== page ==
A charity has launched a lesson plan series to plug what is says is a gynaecological health ‘knowledge gap’.
03 August 2022
A charity has launched a series of gynaecological health lesson plans for teachers as research suggests a “knowledge gap” on the topic.
A survey carried out by the Eve Appeal, which is offering the lesson plans, suggested only 9% of adults were taught about gynaecological health in school.
Meanwhile, just 8% said their parents made it easy to talk about gynae health with them and only one in three said they knew where to go for information on gynae health and cancers.
The Eve Appeal, which raises awareness and funds research into gynaecological cancers, on Thursday launched the Know Your Body Programme – a set of free to access, interactive, lesson plans for seven to 13-year-olds, covering the topics of anatomy, Menstrual health, HPV and cancer, and female genital mutilation (FGM).
The programme has so far been piloted in 53 lessons to more than 1,100 young people in schools in London and Greater Manchester.
According to the charity, nearly eight in nine (88%) young people said they developed a greater understanding of the internal organs following the lessons, while 70% said they now know how to keep their genitals healthy.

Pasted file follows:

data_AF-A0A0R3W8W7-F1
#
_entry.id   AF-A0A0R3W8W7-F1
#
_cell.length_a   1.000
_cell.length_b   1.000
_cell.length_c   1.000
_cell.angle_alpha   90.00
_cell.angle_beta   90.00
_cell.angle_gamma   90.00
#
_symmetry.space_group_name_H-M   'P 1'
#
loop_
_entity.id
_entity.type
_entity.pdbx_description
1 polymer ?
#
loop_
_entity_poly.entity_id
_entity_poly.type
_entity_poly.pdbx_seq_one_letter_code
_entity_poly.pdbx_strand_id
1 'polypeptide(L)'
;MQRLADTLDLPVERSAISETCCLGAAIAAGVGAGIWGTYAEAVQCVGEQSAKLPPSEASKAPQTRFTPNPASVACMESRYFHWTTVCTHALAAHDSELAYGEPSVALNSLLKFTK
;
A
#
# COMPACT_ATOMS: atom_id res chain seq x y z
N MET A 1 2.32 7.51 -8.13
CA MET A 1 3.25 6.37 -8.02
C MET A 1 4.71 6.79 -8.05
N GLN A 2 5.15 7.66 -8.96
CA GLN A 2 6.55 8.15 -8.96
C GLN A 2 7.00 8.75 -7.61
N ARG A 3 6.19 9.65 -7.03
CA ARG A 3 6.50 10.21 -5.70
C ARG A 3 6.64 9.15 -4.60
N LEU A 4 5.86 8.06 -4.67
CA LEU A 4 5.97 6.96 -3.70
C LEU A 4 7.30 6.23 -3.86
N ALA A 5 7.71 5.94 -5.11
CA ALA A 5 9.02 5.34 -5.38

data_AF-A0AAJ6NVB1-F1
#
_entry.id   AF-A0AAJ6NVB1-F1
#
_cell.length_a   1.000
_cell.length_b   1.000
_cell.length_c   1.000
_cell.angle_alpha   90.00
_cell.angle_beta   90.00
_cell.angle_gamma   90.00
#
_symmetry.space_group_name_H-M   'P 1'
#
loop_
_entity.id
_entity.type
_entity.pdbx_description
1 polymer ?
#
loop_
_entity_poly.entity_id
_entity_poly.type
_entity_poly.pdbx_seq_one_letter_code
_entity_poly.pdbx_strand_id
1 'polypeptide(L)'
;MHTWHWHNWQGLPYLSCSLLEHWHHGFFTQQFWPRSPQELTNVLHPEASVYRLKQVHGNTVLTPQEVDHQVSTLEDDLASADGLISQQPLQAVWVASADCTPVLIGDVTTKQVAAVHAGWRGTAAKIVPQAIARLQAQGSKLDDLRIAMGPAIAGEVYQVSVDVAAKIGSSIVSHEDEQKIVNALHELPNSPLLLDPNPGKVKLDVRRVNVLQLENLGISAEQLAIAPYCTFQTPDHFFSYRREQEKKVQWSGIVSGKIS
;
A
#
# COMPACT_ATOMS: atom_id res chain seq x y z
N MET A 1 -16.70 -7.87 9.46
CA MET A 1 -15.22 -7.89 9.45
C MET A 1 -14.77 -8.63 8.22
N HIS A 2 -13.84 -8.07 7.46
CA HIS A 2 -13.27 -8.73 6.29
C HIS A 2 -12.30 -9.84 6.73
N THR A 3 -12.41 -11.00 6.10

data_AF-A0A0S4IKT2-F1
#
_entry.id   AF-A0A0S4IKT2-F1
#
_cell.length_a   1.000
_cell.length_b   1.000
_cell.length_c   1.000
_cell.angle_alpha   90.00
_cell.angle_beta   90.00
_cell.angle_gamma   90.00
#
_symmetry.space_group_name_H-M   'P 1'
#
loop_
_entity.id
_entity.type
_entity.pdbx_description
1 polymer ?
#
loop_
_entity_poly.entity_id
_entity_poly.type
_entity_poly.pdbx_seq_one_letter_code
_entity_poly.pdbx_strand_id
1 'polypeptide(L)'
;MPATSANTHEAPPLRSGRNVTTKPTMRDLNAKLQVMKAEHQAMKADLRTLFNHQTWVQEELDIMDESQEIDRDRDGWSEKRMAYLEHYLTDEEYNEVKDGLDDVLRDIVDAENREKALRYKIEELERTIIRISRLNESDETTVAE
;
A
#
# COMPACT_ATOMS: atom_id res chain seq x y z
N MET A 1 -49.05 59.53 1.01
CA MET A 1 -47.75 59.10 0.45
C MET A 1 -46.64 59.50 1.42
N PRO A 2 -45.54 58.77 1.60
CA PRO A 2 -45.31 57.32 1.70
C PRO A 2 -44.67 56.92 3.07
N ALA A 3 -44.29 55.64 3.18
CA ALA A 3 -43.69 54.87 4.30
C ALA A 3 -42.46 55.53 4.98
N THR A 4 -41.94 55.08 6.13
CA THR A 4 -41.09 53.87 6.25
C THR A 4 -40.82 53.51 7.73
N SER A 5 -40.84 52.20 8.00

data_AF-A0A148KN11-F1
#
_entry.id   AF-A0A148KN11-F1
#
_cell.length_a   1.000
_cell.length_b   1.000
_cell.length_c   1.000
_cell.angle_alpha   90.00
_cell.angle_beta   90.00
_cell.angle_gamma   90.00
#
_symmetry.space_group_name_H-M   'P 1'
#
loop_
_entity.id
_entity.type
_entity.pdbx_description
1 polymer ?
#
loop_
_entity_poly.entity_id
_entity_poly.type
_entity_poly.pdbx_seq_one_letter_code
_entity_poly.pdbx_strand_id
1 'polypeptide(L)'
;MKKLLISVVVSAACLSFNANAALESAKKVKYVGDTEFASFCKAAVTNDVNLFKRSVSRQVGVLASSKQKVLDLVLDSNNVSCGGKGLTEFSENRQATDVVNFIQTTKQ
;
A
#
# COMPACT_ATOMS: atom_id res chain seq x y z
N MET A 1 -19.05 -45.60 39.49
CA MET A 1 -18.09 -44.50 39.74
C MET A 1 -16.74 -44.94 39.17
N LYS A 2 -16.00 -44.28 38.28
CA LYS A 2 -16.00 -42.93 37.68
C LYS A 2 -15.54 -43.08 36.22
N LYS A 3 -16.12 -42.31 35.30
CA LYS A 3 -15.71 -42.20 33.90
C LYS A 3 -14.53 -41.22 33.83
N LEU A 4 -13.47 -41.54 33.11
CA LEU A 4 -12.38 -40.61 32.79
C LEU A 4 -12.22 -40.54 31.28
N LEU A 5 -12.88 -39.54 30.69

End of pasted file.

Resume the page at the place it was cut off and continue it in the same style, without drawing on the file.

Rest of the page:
The programme is set to continue running lessons in September, with a goal of reaching 3,000 young people.
Since 2019, Relationship Health and Sex Education (RHSE) was made a compulsory part of the curriculum in UK schools, including the topics menstrual wellbeing and cancer screening.
Athena Lamnisos, the Eve Appeal CEO, said: “We want children to be equipped with the knowledge and information that will help them look after their health.
“Covering topics like anatomy and menstrual health and on to HPV and preparation for cervical screening, these resources will help everyone know their bodies that bit better.
“Sixty people a day are diagnosed with one of the five gynaecological cancers in the UK, yet awareness of them is shockingly low, with just 2% of the population knowing all five gynaecological cancers- womb, ovarian, cervical, vulval and vaginal.
“We hope this programme will go some way to plugging that knowledge gap.”
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